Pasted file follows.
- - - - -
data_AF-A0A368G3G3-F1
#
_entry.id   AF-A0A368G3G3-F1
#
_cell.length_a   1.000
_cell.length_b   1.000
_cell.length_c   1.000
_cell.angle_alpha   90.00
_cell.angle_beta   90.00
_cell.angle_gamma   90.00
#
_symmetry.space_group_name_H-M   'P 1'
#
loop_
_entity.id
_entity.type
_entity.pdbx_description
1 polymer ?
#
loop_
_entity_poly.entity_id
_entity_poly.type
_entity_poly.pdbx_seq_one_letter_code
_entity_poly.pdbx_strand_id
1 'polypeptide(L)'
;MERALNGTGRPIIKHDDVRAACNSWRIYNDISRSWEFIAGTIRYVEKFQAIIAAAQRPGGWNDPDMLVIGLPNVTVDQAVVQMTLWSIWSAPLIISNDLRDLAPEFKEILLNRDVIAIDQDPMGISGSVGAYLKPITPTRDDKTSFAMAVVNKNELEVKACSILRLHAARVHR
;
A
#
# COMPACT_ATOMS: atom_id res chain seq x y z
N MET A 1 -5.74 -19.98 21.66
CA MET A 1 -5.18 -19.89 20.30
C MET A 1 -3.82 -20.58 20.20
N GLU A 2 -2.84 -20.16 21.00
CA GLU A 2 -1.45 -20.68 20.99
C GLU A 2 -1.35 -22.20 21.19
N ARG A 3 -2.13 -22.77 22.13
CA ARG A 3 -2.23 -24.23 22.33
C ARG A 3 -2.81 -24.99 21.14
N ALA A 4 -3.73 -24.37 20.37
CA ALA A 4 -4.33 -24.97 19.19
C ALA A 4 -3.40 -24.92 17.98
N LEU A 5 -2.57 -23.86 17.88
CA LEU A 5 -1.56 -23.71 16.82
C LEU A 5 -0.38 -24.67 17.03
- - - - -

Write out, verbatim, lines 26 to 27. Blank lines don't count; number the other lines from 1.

;MERALNGTGRPIIKHDDVRAACNSWRIYNDISRSWEFIAGTIRYVEKFQAIIAAAQRPGGWNDPDMLVIGLPNVTVDQAVVQMTLWSIWSAPLIISNDLRDLAPEFKEILLNRDVIAIDQDPMGISGSVGAYLKPITPTRDDKTSFAMAVVNKNELEVKACSILRLHAARVHR
;